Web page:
As insurance buyers increasingly shop online, aggregators have found that they can make money by crafting sites that facilitate policy comparison shopping—and then refer leads to their carrier partners.
But, in the long run, lead referral is probably not the most profitable or sustainable business model for aggregators. After all, rudimentary comparison shopping tends to be a race to the bottom in terms of price. And lead referral fees are much smaller than margins on closed deals.
That’s why aggregators will likely have to move up the value chain and become true online agents by offering customers the ability to not only compare carriers’ products, but also purchase them.
A recent study of aggregators in Latin America by Boston, MA-based insurance consultancy Celent revealed that most focus on relatively simple products such as travel insurance. This is at least in part because aggregators are not typically tied into carrier’s rating systems—so they are unable to price out more complex products.
This lack of integration also underlies the inability of aggregators to complete the policy sale.
It’s also worth noting that as long as aggregators only provide information and don’t actually sell coverage, they don’t have to be licensed. Once they do start selling product, they then have to comply with the regulatory mandates to which all agents are subject. This places new operational burdens on them and changes their cost structure significantly.
That said, there is likely a big upside for aggregators that move up the value chain by integrating with carrier underwriting systems, clearing the regulatory hurdles for transactional authorization and investing in delivery of a richer customer experience.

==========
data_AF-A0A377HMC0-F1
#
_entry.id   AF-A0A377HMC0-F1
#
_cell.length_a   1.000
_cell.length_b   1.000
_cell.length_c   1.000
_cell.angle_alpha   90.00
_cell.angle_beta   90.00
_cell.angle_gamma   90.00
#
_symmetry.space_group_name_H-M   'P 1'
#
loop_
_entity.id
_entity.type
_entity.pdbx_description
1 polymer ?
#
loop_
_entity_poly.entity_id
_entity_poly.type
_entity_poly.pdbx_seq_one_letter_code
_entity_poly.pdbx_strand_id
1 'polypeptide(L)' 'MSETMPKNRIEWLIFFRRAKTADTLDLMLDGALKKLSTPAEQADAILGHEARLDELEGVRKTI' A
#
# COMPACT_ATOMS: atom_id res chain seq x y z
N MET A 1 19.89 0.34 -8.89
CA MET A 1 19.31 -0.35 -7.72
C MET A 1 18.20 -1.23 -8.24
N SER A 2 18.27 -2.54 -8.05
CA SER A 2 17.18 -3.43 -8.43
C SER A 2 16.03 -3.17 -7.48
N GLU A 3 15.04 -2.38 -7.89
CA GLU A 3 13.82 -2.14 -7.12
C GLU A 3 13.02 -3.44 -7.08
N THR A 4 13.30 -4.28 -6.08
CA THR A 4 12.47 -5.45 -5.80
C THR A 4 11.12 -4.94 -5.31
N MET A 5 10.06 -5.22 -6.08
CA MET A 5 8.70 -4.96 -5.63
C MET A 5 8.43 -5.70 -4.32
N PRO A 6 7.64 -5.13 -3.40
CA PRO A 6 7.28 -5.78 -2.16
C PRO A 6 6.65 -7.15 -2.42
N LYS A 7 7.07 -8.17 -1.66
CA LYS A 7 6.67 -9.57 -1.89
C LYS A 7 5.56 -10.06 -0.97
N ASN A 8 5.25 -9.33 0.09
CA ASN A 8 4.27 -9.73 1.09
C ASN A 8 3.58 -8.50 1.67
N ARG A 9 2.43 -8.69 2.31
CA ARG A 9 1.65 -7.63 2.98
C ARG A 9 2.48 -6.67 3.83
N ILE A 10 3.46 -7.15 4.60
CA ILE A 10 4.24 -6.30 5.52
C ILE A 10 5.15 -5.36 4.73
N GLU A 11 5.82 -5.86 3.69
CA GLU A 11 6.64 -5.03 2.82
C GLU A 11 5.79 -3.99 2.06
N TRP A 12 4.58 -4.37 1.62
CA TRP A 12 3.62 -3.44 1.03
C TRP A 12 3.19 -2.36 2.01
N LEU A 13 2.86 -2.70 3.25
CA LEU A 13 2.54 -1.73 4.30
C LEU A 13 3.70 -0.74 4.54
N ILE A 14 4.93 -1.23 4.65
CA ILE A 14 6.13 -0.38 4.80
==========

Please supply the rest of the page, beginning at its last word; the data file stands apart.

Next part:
“We would encourage aggregators to do more in the way of giving customers intelligent advice, so that their value proposition goes beyond merely making it easier to price-shop,” says Celent senior analyst and report co-author Juan Mazzini. “In fact, given the changes taking place in the way people use the web to research their prospective purchases, we believe there is a significant market opportunity for aggregators that figure out how to help customers make better personal choices about coverage across more lines—and do so on other criteria other than just price.”
Given the probable ascent of aggregators in the marketplace, carriers have to decide how to best leverage that ascent as part of their own digital strategies. Some, like Progressive are adopting some aggregating behaviors themselves—ceding the loss of some business to competitors for a bigger share of consumer clicks. Other are shunning aggregators altogether out of concerns that price-based competition is unhealthy for margins and for feature-based brand differentiation.
Mazzini, however, suggests that carriers may want to adopt a more selective approach. “It may often be the case that certain products are especially appropriate for the aggregator channel—and even for certain specific aggregators—while others are not,” Mazzini says. “That’s, whatever they eventually wind up dong, carriers should make sure they have a fact-based understanding of the aggregator channel and its changing role in the only insurance ecosystem.”
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